It is important to note that within the Latin Rite a sacred image is a religious image that is created of a historical holy person or religious scene; however, the artist allows their full creativity and personal interpretation to enter into the craftsmanship and artistic process (an example being Michaelangelo’s Sistine Chapel).

Historically, personal creativity and technique, while present within Eastern Rite iconography, is not seen as an absolutely critical issue for many of their sacred artists. Their sacred icons are, however, affected by the culture, and geographical location, of the artist (examples being Coptic vs. Greek, or, Novgorod vs. Moscow). The Eastern Rites, those that are in union with Rome, and those that are not, believe that the sacred icon must be faithful to Sacred Scripture, historic reality, and the Traditions the Church.  The icon’s meaning must be easily recognizable by the viewer. There is no room for personal interpretation.

A sacred icon is made in a very specific manner. The techniques of production (from type of board to board preparation, drawing of the image, the necessity of line giving form to color – “its logos” (as discussed by George Kordis), the type of perspective, the use of egg tempera and natural materials – earths and minerals, the number of layers of paint, moving from dark colors to light, the oiling of the image, and the final blessing by a priest or deacon) are taken very seriously by the Orthodox and Eastern Rite Churches. It is my opinion  that if a Latin Rite artist decides to paint a sacred icon, out of respect, they should study and follow the strict traditions of the Eastern Catholic Rites and the Orthodox Church. This can be accomplished by either studying with their iconographers or with Roman Catholics who have studied with them and follow their traditions of iconography. A number of my colleagues do not hold the same opinion, and that is their right to do so.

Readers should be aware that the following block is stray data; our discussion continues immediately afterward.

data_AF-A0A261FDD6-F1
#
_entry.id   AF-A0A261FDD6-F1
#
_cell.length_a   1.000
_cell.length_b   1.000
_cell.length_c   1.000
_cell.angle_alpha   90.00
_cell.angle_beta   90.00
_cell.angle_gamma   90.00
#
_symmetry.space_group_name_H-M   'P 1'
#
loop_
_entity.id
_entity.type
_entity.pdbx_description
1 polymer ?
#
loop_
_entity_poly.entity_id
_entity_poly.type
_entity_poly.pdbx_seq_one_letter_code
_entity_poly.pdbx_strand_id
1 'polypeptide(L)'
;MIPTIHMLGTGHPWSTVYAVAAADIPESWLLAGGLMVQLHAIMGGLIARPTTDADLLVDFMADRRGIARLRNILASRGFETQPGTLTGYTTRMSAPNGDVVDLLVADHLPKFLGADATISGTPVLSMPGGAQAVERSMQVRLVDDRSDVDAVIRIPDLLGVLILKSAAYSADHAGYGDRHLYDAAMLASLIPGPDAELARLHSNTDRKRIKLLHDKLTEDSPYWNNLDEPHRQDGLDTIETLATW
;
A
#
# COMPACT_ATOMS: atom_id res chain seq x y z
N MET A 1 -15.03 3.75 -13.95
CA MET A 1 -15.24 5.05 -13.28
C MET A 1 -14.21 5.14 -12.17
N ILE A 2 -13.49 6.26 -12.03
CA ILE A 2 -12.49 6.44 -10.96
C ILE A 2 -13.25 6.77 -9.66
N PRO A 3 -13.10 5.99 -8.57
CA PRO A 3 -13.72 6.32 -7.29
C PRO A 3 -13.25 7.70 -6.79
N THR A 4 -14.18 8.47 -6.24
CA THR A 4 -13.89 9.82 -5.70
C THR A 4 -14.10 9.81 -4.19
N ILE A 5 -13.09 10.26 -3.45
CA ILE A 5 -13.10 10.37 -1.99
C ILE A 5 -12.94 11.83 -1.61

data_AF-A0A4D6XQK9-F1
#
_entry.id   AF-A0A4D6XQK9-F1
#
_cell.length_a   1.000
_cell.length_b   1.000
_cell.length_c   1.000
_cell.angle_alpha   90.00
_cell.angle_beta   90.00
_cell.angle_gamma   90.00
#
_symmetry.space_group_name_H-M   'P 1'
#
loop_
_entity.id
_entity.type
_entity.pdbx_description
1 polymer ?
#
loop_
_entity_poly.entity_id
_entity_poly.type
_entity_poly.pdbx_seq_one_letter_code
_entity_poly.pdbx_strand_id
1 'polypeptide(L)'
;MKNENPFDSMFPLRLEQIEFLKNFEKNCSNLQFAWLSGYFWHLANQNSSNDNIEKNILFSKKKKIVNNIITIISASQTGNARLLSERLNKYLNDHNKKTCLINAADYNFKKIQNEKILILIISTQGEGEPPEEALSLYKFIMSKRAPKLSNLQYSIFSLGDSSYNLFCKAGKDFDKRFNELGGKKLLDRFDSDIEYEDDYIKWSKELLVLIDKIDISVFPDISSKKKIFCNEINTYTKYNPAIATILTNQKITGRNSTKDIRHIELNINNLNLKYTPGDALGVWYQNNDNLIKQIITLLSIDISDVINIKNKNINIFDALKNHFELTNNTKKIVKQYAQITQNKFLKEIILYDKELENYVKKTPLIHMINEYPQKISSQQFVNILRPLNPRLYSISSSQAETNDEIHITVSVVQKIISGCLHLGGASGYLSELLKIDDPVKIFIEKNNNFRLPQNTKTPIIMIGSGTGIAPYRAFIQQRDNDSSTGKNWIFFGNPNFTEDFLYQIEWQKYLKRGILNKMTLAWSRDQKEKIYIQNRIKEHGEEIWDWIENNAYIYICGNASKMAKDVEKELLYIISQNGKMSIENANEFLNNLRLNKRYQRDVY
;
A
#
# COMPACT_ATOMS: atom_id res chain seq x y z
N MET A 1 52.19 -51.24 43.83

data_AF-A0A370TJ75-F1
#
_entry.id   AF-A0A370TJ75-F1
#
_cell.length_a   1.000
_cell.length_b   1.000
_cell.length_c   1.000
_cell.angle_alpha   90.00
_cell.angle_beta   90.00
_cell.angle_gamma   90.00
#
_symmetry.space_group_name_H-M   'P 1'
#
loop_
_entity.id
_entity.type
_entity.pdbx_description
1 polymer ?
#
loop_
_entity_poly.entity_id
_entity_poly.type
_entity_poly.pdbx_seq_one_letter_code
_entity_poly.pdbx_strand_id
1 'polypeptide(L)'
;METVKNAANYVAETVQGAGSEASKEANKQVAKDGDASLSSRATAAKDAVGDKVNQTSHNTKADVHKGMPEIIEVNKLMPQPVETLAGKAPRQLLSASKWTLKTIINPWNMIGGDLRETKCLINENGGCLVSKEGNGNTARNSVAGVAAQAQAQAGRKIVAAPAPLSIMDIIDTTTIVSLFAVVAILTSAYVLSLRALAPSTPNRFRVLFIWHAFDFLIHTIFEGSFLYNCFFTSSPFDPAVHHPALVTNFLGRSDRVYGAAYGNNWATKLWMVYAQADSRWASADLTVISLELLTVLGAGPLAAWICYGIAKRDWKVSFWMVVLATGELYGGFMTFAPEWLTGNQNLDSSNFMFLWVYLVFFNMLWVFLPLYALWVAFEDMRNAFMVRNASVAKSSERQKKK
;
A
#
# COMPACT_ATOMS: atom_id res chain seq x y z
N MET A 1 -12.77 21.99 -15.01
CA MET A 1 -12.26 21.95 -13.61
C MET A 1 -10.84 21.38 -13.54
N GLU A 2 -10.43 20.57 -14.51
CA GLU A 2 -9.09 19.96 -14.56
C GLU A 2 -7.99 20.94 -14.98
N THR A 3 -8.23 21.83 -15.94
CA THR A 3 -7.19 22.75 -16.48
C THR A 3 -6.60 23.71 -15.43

I do believe that a Latin Rite sacred artist may paint a sacred image in the style of a sacred icon, but, must be careful to explain the difference between the two types of representation (an example being that the artist has used different materials in creating a sacred image vs. a sacred icon). I currently follow this methodology of differentiating a sacred image from a sacred icon, and, a sacred image painted in the style of a sacred icon. My basis for this is respect for the Orthodox and Eastern Rite traditions and how they view their sacred art forms. A Catholic artist from another Rite, or within the Latin Rite, may not be concerned with this issue, and that is there right to hold that opinion; certainly arguments can be made on both sides of the issue.